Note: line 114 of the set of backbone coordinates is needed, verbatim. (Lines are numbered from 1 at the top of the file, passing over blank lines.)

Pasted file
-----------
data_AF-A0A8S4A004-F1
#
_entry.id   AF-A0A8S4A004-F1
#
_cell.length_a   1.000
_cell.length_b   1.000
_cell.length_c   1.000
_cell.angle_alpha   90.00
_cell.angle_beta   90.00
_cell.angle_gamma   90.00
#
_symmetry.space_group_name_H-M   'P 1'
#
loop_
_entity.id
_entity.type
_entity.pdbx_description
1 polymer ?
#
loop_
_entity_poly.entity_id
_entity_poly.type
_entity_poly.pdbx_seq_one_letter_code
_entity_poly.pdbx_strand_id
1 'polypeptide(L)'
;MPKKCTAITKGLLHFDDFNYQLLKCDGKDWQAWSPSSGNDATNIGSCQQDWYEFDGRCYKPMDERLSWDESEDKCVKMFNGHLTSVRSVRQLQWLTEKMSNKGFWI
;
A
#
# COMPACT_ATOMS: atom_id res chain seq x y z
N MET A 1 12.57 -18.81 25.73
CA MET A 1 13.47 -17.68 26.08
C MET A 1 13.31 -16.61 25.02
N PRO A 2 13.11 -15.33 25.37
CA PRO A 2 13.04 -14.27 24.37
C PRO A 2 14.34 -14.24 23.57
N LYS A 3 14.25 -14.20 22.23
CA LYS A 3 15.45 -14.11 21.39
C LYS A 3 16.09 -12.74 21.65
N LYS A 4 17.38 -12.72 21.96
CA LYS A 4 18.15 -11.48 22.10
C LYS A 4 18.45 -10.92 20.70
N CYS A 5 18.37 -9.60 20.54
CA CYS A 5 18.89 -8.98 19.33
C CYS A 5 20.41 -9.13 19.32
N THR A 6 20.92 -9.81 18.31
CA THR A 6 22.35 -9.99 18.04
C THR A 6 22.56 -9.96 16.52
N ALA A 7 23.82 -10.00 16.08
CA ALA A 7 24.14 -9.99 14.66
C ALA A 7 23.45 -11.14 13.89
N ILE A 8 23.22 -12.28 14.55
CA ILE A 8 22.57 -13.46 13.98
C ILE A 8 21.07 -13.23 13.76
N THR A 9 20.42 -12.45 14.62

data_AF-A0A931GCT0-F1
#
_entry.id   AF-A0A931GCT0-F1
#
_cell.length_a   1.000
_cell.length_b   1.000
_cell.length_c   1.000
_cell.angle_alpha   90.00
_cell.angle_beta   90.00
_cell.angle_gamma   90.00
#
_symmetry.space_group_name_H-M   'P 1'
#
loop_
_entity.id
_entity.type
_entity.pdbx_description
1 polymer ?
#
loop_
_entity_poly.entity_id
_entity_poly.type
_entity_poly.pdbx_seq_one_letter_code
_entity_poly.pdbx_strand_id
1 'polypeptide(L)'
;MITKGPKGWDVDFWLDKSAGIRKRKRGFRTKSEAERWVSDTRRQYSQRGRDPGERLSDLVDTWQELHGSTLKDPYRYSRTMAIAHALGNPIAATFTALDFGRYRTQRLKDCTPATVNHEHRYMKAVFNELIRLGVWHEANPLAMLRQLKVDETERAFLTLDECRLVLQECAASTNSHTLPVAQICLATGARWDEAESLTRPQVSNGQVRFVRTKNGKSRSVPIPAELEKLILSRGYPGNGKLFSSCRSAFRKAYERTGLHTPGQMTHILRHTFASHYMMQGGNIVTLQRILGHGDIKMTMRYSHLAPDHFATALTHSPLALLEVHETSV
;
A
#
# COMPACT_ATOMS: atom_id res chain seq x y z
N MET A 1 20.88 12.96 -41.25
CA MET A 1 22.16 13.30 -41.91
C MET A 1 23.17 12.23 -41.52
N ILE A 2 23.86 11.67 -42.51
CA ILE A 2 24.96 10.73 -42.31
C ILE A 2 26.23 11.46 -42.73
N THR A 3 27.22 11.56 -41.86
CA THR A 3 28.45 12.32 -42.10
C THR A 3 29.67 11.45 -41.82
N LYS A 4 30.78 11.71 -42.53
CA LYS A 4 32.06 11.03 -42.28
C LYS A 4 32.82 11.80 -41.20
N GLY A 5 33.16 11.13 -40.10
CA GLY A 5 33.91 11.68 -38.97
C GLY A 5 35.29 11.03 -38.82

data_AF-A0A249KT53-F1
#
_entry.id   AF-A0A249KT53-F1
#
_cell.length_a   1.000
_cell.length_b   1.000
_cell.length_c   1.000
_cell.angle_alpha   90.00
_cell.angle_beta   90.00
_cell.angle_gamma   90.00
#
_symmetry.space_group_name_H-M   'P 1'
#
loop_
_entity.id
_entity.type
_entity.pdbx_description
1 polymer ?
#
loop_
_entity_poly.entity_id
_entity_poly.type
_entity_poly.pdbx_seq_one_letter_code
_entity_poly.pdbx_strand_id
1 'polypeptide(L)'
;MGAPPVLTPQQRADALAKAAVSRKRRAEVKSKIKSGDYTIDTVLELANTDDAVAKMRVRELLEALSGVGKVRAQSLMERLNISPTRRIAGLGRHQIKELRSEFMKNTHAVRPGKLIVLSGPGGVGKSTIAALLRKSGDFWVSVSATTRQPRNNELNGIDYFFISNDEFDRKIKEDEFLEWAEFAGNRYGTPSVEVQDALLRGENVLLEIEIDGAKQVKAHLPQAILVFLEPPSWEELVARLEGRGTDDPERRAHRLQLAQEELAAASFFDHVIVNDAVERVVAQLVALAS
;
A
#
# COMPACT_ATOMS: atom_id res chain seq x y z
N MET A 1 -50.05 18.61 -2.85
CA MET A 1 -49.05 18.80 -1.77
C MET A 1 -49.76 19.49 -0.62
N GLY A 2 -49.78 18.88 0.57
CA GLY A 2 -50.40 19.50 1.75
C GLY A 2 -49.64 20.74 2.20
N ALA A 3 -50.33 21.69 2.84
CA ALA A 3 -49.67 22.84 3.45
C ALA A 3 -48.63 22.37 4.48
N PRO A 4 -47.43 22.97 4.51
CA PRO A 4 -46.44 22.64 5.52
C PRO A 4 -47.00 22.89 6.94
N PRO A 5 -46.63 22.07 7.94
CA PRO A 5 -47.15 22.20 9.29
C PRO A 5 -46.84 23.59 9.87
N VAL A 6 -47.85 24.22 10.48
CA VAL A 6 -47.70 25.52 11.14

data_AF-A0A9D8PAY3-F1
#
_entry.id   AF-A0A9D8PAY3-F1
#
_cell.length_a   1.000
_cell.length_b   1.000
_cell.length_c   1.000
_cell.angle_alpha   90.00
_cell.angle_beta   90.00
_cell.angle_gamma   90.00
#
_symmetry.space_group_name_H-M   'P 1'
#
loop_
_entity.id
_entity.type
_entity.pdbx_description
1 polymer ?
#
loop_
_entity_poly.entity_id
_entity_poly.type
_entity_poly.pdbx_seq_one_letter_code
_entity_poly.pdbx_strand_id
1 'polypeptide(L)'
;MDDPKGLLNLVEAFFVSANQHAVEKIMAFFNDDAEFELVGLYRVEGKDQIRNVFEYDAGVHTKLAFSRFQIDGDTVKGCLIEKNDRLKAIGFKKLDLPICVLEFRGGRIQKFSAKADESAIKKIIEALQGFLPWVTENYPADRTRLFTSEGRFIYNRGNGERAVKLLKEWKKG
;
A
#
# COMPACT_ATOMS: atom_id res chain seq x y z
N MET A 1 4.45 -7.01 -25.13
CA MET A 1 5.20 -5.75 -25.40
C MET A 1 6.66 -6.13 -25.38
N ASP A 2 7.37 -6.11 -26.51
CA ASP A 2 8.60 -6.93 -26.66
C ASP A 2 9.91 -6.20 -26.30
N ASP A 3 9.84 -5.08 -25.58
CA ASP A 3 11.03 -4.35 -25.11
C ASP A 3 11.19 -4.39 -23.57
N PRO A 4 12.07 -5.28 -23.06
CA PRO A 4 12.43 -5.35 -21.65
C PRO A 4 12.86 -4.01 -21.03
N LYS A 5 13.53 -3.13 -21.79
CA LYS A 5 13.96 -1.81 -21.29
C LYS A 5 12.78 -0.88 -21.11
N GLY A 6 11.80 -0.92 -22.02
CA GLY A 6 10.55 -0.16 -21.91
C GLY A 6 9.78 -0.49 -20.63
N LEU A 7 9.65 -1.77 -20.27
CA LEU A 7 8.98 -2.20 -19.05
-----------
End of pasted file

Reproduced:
loop_